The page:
I’ve decided to start a new category under my Theology section called “Thoughts on Church Ministry”. If I could add a subtext, it would be “Reflections of a Lay Minister”. Just to clarify that last word, a lay minister refers to any Christian minister who has not been ordained. That is, every Christian who is actively engaged in the work of Christ but is not a pastor or missionary. This basically includes everyone the Bible describes as Christians but whom people do not generally address with the title ‘Pastor’, ‘Bishop’, ‘Reverend’ or any other clerical title of your choosing.
Having looked back over my previous categories, I realised that the majority of my posts under my various series had a more general vibe running through it – that is, they were in some way linked to my reflections on the church and church ministry in general. I seldom think about theology outside the context of the church. I’m not sure if it’s a good thing that my thoughts move too quickly from myself to the church. I reckon this habit derives partly from the fact that I dread introspection as I hate to see what lies beneath my surface (definitely bad), and partly from the fact that I’ve been unusually active as a leading voice in ministry at my church from a young age (perhaps unwisely young).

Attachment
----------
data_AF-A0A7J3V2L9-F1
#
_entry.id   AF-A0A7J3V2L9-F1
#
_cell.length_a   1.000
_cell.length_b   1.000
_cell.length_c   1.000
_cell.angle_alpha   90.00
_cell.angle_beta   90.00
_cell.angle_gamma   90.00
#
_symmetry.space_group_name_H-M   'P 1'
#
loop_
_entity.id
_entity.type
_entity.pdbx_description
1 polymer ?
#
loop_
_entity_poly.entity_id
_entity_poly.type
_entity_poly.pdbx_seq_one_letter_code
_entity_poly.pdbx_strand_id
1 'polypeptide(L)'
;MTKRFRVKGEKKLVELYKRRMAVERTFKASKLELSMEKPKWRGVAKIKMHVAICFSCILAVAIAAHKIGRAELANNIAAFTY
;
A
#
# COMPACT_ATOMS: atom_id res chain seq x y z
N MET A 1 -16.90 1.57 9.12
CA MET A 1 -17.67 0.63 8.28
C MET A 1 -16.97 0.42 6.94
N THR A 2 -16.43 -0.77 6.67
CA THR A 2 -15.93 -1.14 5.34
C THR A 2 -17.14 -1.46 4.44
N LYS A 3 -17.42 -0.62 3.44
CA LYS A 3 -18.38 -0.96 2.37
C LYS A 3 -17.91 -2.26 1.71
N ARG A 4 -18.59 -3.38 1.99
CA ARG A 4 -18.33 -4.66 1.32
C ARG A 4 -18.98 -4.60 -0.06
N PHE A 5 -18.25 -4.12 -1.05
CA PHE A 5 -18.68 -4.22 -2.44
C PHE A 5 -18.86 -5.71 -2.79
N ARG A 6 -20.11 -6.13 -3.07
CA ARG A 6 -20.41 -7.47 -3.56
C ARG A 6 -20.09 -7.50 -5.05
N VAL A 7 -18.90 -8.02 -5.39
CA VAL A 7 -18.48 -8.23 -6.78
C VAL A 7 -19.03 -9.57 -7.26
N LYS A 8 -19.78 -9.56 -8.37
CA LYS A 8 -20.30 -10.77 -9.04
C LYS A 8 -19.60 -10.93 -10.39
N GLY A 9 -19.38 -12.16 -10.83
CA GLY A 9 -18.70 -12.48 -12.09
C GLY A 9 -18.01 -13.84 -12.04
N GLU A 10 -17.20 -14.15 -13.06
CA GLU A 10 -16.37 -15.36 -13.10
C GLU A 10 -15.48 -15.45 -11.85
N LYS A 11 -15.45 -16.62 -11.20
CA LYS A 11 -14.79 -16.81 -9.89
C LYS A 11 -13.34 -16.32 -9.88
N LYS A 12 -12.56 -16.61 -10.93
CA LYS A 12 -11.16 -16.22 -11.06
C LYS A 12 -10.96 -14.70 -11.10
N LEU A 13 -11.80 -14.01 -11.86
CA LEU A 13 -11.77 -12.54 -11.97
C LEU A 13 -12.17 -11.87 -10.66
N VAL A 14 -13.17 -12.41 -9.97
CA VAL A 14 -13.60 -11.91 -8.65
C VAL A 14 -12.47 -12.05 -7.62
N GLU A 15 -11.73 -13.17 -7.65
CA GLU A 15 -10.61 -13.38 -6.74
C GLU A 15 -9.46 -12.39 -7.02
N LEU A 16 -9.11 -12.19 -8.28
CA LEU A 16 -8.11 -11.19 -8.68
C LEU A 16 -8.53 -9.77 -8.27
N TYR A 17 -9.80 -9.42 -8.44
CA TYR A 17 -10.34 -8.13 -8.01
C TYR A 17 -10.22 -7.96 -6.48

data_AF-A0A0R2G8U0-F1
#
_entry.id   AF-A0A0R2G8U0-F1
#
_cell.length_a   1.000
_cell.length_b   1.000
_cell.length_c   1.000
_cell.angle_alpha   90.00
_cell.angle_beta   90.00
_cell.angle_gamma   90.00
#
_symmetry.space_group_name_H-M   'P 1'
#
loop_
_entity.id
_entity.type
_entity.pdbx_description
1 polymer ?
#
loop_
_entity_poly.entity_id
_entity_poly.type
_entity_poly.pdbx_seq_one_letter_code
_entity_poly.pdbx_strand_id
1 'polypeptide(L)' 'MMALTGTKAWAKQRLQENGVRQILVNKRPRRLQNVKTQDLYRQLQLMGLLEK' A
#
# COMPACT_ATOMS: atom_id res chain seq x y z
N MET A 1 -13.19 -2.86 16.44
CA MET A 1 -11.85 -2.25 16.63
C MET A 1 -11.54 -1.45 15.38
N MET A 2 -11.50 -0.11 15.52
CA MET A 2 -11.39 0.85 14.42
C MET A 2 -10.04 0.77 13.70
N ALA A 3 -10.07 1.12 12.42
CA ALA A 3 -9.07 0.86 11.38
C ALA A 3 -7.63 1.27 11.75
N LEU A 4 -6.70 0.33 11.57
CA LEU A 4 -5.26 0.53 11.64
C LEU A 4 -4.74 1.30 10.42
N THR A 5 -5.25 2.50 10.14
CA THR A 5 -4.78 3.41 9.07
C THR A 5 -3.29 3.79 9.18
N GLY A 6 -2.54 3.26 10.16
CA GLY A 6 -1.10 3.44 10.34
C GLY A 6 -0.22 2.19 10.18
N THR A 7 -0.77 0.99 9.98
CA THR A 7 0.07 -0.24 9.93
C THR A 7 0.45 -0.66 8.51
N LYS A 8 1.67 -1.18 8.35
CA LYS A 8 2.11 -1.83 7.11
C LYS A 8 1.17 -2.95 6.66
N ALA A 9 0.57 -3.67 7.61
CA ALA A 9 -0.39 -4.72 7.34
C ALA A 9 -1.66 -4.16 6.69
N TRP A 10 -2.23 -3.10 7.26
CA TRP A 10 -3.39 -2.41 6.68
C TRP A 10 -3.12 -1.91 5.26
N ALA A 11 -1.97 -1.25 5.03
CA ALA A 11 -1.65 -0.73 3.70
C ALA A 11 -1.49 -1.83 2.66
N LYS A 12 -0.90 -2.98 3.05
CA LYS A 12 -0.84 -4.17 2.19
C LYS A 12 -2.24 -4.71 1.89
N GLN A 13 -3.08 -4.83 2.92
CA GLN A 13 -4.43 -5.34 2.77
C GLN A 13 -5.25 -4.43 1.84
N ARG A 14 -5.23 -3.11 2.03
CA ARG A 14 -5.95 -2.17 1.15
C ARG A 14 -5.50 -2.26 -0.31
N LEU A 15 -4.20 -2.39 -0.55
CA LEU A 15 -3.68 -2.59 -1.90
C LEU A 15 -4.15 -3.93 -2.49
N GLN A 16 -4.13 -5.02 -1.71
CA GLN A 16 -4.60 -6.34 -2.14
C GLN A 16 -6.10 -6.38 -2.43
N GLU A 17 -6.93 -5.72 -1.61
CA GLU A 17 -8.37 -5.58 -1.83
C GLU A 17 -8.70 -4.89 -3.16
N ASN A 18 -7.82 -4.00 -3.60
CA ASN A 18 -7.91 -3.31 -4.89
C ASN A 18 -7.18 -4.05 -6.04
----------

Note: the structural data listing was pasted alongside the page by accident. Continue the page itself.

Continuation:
Regardless, a week doesn’t go by when I’m not thinking about this topic. I feel that I need to commit these reflections and thoughts to writing here for two reasons. First, I hope to start productive conversations with my few (I think I’m up to 2!) faithful readers on ministry work. Second, I hope to flesh out these thoughts more fully, so that my thinking stops covering similar ground but can advance in fresh ways and from different angles.
This is mainly for my personal reference, but the topics I reckon I’ll cover include (but are not limited to): singing, preaching, teaching, serving, the nature of church ministry, ministry structure, ministry nitty-gritty, church membership, pressing concerns and red flags, bright spots and encouraging observations.
Let’s get started.